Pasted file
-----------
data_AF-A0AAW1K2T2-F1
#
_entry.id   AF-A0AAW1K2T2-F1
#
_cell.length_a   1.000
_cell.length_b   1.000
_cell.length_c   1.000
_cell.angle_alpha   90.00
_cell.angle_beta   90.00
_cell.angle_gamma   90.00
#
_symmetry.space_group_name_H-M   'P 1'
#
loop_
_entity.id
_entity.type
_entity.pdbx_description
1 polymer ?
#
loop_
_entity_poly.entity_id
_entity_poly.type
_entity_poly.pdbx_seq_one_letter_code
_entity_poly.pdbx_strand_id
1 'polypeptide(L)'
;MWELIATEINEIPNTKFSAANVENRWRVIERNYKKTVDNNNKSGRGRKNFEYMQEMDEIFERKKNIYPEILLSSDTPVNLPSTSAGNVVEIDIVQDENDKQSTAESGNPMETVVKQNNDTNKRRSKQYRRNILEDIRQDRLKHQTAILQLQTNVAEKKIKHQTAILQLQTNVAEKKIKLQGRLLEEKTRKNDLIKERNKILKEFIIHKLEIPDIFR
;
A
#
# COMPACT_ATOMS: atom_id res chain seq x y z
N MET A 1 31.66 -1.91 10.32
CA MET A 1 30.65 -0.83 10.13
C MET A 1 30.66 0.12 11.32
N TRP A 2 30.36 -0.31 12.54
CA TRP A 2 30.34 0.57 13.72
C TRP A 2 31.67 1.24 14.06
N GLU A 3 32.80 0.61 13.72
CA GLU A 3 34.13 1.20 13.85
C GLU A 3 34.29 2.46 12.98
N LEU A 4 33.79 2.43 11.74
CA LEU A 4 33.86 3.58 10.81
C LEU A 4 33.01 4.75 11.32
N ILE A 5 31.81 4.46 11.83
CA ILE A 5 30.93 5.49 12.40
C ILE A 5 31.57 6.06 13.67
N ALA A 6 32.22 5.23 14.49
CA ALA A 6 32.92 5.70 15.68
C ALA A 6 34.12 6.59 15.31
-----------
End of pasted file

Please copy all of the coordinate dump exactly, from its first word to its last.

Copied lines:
data_AF-A0AAW1K2T2-F1
#
_entry.id   AF-A0AAW1K2T2-F1
#
_cell.length_a   1.000
_cell.length_b   1.000
_cell.length_c   1.000
_cell.angle_alpha   90.00
_cell.angle_beta   90.00
_cell.angle_gamma   90.00
#
_symmetry.space_group_name_H-M   'P 1'
#
loop_
_entity.id
_entity.type
_entity.pdbx_description
1 polymer ?
#
loop_
_entity_poly.entity_id
_entity_poly.type
_entity_poly.pdbx_seq_one_letter_code
_entity_poly.pdbx_strand_id
1 'polypeptide(L)'
;MWELIATEINEIPNTKFSAANVENRWRVIERNYKKTVDNNNKSGRGRKNFEYMQEMDEIFERKKNIYPEILLSSDTPVNLPSTSAGNVVEIDIVQDENDKQSTAESGNPMETVVKQNNDTNKRRSKQYRRNILEDIRQDRLKHQTAILQLQTNVAEKKIKHQTAILQLQTNVAEKKIKLQGRLLEEKTRKNDLIKERNKILKEFIIHKLEIPDIFR
;
A
#
# COMPACT_ATOMS: atom_id res chain seq x y z
N MET A 1 31.66 -1.91 10.32
CA MET A 1 30.65 -0.83 10.13
C MET A 1 30.66 0.12 11.32
N TRP A 2 30.36 -0.31 12.54
CA TRP A 2 30.34 0.57 13.72
C TRP A 2 31.67 1.24 14.06
N GLU A 3 32.80 0.61 13.72
CA GLU A 3 34.13 1.20 13.85
C GLU A 3 34.29 2.46 12.98
N LEU A 4 33.79 2.43 11.74
CA LEU A 4 33.86 3.58 10.81
C LEU A 4 33.01 4.75 11.32
N ILE A 5 31.81 4.46 11.83
CA ILE A 5 30.93 5.49 12.40
C ILE A 5 31.57 6.06 13.67
N ALA A 6 32.22 5.23 14.49
CA ALA A 6 32.92 5.70 15.68
C ALA A 6 34.12 6.59 15.31